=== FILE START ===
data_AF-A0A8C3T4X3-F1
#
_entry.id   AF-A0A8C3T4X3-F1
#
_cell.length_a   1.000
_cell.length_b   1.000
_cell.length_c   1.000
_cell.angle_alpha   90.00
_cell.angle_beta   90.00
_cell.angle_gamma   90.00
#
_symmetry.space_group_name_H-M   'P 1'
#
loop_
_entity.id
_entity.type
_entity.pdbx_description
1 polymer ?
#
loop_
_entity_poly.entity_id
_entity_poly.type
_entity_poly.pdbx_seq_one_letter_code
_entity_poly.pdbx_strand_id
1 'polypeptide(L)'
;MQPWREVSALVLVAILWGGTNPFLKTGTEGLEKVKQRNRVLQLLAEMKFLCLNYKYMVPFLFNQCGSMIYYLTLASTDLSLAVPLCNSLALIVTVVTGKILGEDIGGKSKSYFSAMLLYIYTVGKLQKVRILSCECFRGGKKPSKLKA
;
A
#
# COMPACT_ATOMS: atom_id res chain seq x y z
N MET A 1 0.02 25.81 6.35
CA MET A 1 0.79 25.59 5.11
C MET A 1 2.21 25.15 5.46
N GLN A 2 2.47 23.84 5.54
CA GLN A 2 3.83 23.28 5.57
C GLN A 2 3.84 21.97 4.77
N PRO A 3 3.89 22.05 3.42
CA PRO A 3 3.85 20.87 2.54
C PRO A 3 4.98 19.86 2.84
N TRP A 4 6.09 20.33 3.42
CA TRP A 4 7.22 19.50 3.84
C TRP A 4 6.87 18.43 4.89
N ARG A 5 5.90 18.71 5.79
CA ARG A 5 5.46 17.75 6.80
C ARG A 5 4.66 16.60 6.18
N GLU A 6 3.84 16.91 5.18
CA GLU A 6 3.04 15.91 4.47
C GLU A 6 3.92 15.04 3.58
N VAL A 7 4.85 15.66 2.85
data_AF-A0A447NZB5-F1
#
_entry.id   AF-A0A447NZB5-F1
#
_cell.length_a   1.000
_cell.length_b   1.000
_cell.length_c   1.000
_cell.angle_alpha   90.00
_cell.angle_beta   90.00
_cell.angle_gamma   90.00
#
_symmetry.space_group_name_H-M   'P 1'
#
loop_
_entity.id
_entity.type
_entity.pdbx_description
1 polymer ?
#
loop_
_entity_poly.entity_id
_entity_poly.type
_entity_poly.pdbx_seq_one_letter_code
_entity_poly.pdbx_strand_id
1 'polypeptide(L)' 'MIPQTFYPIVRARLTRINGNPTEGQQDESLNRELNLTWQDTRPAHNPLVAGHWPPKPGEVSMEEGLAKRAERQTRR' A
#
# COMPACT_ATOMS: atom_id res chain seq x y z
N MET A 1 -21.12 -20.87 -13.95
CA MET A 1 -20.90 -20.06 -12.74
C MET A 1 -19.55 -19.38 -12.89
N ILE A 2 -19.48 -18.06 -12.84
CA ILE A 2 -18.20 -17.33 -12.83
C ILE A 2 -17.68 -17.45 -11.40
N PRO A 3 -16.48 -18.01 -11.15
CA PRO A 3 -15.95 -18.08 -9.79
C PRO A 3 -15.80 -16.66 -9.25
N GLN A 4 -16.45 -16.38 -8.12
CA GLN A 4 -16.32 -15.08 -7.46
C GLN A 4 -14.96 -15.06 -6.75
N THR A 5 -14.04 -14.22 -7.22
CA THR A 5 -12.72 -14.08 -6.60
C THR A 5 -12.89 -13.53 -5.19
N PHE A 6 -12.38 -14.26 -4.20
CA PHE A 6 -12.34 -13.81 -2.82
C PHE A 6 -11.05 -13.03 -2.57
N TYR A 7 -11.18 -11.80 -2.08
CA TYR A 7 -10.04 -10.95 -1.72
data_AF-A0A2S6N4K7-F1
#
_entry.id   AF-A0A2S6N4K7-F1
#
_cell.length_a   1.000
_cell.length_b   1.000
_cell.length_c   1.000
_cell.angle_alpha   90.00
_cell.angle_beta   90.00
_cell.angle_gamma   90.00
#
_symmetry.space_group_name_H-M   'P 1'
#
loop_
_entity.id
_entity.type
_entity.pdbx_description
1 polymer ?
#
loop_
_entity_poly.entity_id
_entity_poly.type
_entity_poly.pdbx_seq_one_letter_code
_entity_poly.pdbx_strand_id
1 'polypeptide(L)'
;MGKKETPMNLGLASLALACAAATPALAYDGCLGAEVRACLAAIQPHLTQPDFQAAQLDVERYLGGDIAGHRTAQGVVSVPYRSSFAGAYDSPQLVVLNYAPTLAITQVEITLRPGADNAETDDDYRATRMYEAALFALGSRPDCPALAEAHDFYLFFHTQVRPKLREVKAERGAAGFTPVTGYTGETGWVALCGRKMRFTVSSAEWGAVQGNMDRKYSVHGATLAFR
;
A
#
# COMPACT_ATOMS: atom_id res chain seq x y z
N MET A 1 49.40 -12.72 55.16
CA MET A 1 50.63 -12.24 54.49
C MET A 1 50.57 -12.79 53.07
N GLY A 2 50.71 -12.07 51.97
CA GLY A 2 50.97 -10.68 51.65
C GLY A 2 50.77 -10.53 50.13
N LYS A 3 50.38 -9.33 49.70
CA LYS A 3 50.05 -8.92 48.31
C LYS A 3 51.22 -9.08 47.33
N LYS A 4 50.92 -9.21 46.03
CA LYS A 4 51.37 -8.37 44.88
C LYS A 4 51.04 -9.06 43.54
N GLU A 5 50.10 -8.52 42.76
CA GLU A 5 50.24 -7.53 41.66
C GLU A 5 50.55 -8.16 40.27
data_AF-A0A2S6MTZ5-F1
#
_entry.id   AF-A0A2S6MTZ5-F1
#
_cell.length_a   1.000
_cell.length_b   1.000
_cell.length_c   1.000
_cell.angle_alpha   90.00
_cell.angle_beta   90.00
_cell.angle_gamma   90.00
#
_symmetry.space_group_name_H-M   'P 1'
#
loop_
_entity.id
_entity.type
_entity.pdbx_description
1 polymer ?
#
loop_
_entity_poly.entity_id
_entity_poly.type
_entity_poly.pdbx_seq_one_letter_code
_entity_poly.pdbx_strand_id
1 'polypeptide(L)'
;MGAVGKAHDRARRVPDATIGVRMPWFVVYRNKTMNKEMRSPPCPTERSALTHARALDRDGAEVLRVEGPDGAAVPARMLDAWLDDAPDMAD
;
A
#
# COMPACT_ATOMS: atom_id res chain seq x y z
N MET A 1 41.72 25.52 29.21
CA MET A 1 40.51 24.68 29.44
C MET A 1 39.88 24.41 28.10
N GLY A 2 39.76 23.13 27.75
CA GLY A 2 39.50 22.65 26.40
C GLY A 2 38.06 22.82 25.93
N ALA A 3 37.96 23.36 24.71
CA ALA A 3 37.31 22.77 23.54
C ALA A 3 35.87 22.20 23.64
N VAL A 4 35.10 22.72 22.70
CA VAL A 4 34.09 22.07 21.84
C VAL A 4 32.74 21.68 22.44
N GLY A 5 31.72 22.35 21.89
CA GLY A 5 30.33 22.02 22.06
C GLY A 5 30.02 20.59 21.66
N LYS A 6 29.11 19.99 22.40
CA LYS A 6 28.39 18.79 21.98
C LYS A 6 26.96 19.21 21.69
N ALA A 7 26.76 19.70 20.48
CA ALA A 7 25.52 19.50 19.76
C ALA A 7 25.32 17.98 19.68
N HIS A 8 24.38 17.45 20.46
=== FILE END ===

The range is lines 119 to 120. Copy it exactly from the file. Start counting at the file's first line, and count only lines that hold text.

_entity_poly.pdbx_seq_one_letter_code
_entity_poly.pdbx_strand_id